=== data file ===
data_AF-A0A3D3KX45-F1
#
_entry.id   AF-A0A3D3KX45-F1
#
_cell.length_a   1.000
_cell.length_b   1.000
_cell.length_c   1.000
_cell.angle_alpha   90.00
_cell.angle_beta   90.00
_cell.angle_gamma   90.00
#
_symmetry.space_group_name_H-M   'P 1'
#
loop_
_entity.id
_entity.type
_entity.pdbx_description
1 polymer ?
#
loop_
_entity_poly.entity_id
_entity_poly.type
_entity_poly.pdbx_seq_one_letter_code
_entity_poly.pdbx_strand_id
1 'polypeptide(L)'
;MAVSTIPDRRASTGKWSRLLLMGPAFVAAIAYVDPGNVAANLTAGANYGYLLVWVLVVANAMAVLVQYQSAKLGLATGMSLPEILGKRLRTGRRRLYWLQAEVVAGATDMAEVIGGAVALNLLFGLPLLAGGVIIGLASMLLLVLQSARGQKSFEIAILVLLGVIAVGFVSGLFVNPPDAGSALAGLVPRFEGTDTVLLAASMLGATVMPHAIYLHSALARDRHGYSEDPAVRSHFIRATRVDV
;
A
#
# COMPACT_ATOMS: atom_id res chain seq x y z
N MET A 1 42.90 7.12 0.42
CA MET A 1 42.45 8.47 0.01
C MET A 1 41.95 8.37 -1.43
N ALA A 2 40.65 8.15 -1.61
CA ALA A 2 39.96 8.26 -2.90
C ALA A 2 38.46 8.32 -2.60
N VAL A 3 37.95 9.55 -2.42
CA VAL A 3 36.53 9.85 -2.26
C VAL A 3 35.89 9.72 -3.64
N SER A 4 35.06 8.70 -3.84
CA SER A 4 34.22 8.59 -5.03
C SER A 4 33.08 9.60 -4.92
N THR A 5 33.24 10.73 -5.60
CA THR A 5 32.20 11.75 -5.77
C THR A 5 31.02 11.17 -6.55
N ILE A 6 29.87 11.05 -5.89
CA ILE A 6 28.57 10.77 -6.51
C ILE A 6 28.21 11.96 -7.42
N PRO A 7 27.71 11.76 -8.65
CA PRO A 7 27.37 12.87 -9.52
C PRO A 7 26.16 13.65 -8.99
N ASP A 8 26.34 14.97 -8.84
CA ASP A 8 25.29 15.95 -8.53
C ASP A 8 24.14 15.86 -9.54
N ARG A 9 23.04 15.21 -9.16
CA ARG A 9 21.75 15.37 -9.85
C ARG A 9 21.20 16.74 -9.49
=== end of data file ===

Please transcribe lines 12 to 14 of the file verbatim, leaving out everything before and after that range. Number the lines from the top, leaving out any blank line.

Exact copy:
_symmetry.space_group_name_H-M   'P 1'
#
loop_